Janelle Monáe - Electric Lady [Official Video]
trying to convince at least one friend to go to toronto with me this weekend…wish me luck. lol.
I’ve not once wondered why I claim to not like strangers so much. It’s just become habit and I enjoy spending time with those I know. After explaining this to friend on Saturday night, following a rooftop party in Brooklyn I was so awkwardly standoffish at, I had an epiphany. It may have been fueled by two cups too much of tequila and orange juice, but it all made sense.
Before Hurricane Katrina I was the people’s champ. I was the “it” girl. Granted, I was only 16, but I was a popular girl – had loads of friends, envied by many, knew how to work a room (even if it was just a classroom or gym), and held many conversations with neighborhood regulars at the grocery store I worked at after school. It all came so easy.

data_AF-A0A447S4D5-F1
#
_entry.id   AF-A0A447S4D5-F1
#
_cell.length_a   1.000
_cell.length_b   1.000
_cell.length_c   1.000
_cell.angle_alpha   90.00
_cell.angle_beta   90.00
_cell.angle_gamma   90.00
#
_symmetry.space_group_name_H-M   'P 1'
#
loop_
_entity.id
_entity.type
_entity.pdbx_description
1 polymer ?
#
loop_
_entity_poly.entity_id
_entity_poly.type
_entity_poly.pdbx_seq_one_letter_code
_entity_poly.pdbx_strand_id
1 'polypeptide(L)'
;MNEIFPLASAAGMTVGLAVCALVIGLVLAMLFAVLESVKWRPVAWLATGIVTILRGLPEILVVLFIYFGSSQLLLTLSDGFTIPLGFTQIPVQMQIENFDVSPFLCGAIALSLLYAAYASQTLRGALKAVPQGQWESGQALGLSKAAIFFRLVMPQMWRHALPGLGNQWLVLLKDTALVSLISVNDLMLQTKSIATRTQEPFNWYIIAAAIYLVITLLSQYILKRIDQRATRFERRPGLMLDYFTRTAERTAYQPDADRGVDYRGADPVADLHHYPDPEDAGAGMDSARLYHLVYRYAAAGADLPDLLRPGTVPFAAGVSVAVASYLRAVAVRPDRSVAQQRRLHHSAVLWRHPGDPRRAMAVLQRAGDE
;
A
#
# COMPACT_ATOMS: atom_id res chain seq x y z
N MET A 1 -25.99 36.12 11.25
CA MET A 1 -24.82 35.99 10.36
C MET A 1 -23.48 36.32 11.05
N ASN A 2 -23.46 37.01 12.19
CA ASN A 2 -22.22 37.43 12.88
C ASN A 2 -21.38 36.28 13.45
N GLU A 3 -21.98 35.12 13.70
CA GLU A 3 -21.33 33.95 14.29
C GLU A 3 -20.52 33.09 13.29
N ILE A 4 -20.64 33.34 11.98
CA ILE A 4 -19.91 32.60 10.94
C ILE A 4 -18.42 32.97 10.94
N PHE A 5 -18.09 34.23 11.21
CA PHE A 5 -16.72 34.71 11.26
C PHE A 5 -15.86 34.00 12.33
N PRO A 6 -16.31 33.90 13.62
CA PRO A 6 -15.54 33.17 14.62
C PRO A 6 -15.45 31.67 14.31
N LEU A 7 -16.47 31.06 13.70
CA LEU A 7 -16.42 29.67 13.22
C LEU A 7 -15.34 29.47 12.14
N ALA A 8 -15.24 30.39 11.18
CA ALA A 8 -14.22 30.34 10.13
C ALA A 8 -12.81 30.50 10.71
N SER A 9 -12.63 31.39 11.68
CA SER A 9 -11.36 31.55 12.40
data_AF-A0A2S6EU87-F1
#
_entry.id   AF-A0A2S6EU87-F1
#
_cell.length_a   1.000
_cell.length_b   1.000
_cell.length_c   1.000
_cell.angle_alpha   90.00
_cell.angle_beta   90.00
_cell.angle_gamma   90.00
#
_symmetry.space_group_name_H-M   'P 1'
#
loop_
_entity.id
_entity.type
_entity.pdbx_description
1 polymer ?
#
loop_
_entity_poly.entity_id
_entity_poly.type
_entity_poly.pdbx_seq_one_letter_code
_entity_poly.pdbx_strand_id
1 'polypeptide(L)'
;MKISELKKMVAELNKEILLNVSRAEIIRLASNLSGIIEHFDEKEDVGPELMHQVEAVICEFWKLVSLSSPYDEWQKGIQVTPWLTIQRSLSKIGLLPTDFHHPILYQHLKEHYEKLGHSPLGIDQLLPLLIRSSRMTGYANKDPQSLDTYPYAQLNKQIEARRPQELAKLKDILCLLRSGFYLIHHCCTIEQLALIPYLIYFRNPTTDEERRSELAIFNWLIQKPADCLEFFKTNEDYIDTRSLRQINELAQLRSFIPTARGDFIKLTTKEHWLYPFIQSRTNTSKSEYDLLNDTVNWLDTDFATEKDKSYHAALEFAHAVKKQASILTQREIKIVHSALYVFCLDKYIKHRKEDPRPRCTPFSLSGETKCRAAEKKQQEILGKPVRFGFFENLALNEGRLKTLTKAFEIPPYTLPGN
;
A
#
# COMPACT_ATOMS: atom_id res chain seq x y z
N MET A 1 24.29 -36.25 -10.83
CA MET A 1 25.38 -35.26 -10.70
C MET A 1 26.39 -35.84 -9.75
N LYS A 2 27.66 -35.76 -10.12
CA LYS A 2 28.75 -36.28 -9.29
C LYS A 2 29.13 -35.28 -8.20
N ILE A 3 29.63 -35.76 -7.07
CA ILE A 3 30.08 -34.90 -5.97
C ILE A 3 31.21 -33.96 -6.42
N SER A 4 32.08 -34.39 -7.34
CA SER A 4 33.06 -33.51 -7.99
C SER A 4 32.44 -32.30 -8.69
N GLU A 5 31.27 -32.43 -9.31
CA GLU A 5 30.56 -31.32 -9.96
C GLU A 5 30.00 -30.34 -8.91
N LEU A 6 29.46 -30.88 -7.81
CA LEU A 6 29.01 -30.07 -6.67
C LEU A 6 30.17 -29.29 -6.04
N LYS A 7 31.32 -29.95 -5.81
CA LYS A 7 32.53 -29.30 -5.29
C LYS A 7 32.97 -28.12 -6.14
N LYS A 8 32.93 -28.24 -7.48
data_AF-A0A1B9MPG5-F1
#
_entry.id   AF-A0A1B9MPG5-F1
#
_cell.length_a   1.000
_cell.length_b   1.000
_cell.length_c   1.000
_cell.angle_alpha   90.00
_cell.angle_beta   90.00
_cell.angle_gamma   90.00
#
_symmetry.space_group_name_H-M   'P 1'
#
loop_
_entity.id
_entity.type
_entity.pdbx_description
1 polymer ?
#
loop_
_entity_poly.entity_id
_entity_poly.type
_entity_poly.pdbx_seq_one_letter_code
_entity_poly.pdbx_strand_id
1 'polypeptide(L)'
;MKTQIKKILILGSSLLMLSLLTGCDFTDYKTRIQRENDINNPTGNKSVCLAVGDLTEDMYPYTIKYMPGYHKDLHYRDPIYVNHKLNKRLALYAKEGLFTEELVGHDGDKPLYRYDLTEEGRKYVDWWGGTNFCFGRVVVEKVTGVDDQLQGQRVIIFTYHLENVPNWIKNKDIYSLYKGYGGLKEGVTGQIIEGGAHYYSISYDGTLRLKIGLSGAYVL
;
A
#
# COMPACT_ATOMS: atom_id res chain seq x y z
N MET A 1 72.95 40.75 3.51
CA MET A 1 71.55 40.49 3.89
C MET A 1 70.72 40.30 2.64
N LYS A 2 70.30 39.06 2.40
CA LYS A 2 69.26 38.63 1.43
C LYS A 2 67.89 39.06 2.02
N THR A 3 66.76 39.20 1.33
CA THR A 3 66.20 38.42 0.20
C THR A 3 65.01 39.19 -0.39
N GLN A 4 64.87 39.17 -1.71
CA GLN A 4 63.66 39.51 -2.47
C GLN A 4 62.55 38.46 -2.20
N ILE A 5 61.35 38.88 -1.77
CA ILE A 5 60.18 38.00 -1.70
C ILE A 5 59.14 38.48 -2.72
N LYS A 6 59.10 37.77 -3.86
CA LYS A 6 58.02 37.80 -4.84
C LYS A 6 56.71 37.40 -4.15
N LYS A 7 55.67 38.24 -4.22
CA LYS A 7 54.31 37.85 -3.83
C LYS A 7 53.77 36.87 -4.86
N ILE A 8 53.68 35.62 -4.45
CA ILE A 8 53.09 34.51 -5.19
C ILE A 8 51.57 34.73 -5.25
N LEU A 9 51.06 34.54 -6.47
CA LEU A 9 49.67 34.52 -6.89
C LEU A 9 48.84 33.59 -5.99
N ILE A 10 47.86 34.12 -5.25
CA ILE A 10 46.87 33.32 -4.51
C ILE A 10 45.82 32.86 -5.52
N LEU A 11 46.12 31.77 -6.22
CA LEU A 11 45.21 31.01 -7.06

After Hurricane Katrina, not only was there a shift in my atmosphere, there was a shift in my attitude. Those miles that separated me from those I loved the most, created the ultimate barrier that I would never let down even nearly ten years later. When I moved to Chicago, I probably didn’t mumble a word at school for at least a month. I was totally uninterested in anything anyone had to say, though I was the reason my mom and I made the trek to the Midwest. I was the new girl in the room and it was a feeling I never felt before. It wasn’t just about being new, it was about everything that came with it. I cringed at the thought of the countless self-introductions coupled with Hurricane Katrina horror stories those around me expected to hear. It made me anxious and uncomfortable and I can honestly say since then, in unknown spaces I’ve felt the very same way.
Each time I enter a new space, unknowingly, I revert back to that 16-year-old girl in a Chicago classroom sitting in the corner, fading to black. It only took me nine years and a couple makeshift tequila sunrises to figure this out.
Oh the relief.
No matter how awesome, good, caring, loving, etc. to a person you are, it sometimes just isn’t enough.
looking at really successful people your own age like “this could be me but i’m playin”
"she bad for real." - jay-z
had the time of my life. legit.